John Wiley & Sons, Ltd.

Implications of in vitro bioaccessibility differences for the assessment of risks of metals to bats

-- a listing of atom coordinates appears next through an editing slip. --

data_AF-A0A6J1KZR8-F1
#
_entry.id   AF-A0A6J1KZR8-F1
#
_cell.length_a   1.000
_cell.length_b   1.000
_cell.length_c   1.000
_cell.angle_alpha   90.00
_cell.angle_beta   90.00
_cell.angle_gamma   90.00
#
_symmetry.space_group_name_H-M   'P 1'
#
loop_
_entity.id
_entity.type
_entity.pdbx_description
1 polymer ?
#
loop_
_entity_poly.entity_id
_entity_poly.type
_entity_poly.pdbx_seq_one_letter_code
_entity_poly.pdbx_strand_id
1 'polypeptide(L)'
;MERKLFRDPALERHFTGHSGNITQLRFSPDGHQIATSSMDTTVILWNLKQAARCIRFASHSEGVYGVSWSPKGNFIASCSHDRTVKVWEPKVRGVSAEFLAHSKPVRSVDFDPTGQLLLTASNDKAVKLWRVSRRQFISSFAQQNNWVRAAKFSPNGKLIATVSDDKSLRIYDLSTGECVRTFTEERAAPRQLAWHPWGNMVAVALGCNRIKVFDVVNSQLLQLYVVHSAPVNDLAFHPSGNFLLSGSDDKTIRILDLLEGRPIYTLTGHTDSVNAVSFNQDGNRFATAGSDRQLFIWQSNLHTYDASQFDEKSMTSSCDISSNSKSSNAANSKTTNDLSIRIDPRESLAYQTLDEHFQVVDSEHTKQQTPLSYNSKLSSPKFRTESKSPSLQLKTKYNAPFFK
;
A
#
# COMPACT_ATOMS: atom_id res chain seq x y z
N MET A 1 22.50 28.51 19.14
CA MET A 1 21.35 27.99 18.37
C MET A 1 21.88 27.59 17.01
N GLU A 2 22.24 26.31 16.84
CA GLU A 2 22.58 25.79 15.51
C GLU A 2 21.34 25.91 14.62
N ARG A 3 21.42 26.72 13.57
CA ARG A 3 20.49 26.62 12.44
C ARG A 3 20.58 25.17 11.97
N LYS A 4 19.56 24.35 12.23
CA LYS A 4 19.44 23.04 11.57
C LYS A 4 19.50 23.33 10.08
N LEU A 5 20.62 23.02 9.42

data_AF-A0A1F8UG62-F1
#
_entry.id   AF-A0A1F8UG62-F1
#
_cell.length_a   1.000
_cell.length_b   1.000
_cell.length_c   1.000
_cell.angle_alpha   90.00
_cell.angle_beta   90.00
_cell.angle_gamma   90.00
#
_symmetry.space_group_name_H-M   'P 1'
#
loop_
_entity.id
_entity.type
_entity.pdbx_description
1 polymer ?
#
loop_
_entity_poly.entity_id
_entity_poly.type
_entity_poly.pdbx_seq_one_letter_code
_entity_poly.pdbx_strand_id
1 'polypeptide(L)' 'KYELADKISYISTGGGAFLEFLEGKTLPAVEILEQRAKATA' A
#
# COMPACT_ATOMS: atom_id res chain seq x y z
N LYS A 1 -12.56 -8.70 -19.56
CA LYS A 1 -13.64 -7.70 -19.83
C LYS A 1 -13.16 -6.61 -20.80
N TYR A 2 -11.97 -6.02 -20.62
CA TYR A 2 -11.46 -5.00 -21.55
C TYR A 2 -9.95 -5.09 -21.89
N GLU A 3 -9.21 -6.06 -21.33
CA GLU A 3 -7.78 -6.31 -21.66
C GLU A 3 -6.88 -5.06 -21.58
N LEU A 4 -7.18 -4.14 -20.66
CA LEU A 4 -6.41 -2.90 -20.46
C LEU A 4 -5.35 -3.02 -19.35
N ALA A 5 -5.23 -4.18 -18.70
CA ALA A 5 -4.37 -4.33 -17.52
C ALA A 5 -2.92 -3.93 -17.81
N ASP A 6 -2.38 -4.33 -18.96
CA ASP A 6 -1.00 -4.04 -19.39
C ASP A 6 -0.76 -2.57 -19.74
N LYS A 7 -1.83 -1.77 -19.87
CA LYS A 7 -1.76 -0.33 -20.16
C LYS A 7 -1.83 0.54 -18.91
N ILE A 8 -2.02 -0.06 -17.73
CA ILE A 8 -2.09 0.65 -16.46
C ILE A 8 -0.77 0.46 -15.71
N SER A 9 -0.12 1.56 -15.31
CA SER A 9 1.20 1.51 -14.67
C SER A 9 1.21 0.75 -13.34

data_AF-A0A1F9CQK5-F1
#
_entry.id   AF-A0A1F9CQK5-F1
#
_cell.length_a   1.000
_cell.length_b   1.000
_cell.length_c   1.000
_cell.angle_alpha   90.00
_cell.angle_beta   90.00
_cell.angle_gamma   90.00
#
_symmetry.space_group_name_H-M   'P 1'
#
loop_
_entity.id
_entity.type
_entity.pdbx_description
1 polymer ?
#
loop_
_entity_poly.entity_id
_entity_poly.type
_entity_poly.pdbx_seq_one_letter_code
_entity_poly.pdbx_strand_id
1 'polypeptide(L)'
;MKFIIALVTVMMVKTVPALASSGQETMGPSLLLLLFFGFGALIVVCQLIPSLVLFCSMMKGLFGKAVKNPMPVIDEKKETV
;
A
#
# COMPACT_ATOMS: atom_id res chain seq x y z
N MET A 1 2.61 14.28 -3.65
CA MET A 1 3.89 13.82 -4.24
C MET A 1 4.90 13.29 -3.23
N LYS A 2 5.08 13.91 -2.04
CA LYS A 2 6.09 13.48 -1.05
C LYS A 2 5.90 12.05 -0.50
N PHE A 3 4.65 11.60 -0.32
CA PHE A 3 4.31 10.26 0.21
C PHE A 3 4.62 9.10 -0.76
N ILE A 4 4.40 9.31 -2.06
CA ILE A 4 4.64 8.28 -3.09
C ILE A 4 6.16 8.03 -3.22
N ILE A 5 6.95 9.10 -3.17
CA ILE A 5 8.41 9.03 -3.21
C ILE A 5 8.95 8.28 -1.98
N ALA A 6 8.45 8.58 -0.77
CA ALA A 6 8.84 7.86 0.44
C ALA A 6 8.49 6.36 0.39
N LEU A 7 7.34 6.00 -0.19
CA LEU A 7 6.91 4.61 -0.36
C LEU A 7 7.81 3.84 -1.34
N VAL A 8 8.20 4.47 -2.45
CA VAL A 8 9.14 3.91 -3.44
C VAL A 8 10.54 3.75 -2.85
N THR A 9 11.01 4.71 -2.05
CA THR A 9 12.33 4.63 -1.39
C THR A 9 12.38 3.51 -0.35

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Food chain modelling is often used to assess the risks of chemical contaminants to wildlife. In the modelling, it is often assumed that bioaccessibility from different dietary components is similar. The present study, therefore explored differences in the in vitro bioaccessibility of metals from a range of insect orders, which are common components of the diet of insectivorous bats, and assessed the implications of this for environmental exposure assessment. The bioaccessibility of metals was assessed using an in vitro gastric model simulating gastric and intestinal conditions of insectivorous bats. Generally, in vitro‐derived bioaccessibility of metals was found to differ significantly across insect orders. Bioaccessibility was found to be greatest in Coleoptera, followed by Lepidoptera and Diptera. To establish the implications for risk assessment, a spatially‐explicit risk model was run, both including and not including the in vitro bioaccessibility data, to assess the daily oral exposure of metals to 14 bat species. The results show that when bioaccessibility data are included in the modelling, metal exposure predictions across species are changed and that the ranking of bat species, in terms of metal exposure, are altered. We therefore recommend that in vitro bioaccessibility data begin to be employed when establishing the risks of contaminants to wildlife species. This article is protected by copyright. All rights reserved

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